Anti-Mubarak protesters detained

Egyptian security personnel in the southern city of Asyut have detained five people during pro-reform demonstrations.

    Egyptian police usually restrict demonstrations held on streets

    Protesters from the Kifaya (Enough) Movement, which has organised a number of demonstrations in Cairo against Husni Mubarak's rule, were on Tuesday prevented from holding a rally by riot police.

       

    "Two people from the Kifaya group who tried to demonstrate on the streets in central Asyut were detained," a police official said.

       

    Officials also said police detained three protesters when 2000 agitating students at Asyut's branch of al-Azhar university tried to move their protest outside campus.

       

    Egyptian security forces do not interfere with protests inside universities but usually prevent or restrict demonstrations held in the streets.

     

    Series of protests

       

    A witness said about 20 Kifaya demonstrators, holding placards denouncing any new presidential term for Mubarak, were surrounded by hundreds of riot police.

       

    Mubarak is facing public pressure
    to drop a fifth presidential term

    Students and activists across Egypt have held a series of protests in recent months against a possible fifth six-year term for 76-year-old Mubarak or any attempt to install his son Jamal as president.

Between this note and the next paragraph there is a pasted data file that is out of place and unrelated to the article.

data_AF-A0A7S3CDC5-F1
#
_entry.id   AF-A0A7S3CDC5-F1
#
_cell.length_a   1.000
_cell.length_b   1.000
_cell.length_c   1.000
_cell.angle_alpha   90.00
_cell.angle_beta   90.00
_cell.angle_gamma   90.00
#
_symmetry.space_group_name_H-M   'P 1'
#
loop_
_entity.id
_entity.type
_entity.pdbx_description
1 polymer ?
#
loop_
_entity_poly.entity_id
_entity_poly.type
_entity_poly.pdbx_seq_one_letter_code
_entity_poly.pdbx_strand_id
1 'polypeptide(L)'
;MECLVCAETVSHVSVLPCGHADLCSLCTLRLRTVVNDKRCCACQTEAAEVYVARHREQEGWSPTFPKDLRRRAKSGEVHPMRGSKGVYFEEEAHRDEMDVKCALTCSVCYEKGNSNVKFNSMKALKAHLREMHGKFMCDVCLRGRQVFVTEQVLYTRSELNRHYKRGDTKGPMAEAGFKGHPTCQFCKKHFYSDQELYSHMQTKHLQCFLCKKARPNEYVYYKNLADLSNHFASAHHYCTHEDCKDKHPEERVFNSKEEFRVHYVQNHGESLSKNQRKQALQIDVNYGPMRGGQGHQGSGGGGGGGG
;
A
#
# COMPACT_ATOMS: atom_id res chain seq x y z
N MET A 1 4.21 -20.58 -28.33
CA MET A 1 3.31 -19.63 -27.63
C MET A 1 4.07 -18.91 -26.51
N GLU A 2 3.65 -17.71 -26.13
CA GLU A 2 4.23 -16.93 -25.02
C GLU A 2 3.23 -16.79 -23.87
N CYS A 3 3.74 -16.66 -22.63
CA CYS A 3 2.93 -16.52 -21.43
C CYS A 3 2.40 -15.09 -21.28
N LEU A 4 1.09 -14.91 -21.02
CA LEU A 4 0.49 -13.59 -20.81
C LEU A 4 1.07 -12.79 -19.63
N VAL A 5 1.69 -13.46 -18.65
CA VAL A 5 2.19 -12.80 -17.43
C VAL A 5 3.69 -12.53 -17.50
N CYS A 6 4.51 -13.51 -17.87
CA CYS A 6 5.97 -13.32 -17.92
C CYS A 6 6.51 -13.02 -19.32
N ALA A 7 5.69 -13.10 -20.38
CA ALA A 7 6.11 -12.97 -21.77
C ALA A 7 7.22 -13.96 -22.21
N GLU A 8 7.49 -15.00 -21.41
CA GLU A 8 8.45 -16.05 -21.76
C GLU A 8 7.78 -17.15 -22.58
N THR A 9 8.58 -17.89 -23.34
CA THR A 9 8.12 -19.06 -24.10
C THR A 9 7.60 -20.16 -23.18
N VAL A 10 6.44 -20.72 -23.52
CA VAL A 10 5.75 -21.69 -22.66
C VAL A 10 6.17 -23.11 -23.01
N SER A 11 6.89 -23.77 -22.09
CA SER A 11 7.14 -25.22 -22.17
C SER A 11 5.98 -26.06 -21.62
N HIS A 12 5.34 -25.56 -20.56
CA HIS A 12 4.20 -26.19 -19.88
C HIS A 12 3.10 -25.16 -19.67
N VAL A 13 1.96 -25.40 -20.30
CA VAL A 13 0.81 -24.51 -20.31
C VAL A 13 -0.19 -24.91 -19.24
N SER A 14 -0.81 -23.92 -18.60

Jamal has said he is not a candidate for the polls.

       

    About 1000 students held another pro-reform demonstration inside Asyut University, but students remained inside campus grounds, and there were no detentions, the officials added.

       

    Mubarak has proposed changing the constitution to abolish the old system of a referendum on a single candidate chosen in advance by parliament, which is dominated by the ruling party.

       

    But opposition politicians say they are worried the ruling party will make the conditions for standing so restrictive that Mubarak would not face a serious challenge in the elections, which are expected in September.

    SOURCE: Reuters


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